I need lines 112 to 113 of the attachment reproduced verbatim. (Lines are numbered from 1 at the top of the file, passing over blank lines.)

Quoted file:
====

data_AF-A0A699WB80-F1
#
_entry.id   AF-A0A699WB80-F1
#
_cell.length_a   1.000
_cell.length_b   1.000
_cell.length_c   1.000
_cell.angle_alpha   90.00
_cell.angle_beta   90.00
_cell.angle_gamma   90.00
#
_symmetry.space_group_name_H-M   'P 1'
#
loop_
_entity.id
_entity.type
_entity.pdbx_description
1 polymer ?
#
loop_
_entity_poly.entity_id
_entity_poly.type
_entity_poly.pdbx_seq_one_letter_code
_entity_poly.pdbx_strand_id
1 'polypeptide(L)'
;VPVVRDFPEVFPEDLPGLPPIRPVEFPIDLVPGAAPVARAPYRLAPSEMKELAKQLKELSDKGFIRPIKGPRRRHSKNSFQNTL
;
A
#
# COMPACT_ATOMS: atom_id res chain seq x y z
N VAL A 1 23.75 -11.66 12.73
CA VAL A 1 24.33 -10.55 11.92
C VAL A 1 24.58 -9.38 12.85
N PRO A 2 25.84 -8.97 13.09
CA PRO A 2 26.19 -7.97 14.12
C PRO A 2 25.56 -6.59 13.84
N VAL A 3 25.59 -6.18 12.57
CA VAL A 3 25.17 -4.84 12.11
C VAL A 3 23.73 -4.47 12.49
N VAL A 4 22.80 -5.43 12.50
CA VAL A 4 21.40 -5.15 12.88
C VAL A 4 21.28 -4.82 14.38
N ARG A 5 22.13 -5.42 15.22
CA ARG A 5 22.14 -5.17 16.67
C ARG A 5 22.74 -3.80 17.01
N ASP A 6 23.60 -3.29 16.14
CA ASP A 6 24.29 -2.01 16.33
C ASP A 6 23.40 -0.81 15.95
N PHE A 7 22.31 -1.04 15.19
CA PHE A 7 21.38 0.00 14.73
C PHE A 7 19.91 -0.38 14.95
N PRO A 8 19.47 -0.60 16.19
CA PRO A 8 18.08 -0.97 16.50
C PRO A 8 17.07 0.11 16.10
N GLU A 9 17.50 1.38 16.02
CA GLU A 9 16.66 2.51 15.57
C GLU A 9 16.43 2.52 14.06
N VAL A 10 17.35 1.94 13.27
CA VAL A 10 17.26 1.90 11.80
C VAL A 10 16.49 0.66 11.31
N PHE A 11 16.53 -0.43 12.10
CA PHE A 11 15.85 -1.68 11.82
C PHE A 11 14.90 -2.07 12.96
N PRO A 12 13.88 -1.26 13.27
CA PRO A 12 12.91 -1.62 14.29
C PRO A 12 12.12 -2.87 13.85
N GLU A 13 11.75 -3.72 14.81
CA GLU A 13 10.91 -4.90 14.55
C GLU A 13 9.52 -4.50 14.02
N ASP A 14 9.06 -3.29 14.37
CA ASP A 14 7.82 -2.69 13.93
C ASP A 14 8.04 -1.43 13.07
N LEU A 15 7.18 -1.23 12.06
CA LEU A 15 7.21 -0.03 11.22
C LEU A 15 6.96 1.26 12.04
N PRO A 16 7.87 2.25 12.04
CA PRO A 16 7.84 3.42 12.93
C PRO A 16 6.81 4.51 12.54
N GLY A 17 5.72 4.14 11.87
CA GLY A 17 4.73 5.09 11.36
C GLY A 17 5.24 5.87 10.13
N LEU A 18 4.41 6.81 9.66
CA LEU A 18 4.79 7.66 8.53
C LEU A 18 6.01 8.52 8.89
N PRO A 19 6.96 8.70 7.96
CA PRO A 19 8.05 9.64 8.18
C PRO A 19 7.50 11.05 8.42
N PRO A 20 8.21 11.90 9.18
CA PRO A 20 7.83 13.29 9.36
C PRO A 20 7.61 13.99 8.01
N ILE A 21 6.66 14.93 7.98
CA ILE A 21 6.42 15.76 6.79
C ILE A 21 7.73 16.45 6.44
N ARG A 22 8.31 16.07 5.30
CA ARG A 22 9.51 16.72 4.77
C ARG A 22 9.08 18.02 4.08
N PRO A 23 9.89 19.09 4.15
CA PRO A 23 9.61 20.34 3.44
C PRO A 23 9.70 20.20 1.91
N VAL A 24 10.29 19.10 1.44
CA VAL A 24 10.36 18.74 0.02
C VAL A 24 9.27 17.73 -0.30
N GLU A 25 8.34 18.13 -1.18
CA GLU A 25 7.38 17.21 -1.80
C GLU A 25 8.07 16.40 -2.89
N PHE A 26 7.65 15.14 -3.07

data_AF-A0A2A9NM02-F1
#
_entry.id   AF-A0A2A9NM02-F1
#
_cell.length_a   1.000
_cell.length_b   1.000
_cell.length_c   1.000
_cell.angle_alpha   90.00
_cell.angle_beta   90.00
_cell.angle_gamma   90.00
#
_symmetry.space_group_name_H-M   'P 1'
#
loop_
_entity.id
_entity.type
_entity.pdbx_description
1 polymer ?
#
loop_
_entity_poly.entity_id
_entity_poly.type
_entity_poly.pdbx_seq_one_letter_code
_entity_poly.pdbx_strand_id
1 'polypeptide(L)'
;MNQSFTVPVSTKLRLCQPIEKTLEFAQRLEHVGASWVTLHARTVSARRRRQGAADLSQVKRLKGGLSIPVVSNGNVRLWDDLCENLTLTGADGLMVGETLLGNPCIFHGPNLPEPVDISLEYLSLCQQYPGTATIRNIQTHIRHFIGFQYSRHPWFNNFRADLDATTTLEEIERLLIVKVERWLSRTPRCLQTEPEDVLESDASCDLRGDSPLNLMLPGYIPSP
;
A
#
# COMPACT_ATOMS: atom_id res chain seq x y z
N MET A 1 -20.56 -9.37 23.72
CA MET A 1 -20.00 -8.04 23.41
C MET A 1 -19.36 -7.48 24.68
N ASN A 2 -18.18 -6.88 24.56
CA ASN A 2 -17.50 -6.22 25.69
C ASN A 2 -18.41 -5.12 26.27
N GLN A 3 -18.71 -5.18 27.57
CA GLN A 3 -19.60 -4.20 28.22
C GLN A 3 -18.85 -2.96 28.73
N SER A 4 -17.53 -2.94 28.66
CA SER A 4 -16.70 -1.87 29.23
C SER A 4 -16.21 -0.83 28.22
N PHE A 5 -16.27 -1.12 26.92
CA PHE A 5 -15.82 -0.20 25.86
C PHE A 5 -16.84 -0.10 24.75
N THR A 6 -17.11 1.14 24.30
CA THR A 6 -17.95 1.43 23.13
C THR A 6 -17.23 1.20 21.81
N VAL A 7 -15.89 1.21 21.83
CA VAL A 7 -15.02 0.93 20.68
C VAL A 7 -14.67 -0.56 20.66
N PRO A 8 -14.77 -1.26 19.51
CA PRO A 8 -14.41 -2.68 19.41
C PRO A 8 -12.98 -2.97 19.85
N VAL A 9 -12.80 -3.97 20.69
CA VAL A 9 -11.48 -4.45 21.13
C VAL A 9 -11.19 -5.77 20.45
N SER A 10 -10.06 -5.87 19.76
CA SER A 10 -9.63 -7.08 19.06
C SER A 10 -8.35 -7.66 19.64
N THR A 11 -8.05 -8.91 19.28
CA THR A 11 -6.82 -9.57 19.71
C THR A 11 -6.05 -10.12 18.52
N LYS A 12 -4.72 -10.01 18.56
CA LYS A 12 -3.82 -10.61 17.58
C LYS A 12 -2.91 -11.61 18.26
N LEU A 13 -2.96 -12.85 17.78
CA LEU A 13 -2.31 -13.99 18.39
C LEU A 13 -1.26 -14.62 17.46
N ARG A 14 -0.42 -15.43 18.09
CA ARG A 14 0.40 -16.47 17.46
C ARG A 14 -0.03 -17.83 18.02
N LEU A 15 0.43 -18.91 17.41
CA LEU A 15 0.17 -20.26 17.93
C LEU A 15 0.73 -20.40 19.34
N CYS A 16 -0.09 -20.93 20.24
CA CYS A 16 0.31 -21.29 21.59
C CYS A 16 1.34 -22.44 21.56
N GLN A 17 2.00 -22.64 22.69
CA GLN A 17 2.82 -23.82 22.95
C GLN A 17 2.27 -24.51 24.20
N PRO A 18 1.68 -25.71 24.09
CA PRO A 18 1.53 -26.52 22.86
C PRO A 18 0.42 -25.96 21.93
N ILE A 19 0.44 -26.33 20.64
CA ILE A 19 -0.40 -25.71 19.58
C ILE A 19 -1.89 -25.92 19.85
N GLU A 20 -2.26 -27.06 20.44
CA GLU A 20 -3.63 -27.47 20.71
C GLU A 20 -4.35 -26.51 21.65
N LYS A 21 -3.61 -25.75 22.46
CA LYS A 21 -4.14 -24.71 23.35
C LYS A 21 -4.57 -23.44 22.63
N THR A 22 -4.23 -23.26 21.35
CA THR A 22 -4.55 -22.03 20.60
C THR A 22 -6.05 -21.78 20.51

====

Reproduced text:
_cell.length_b   1.000
_cell.length_c   1.000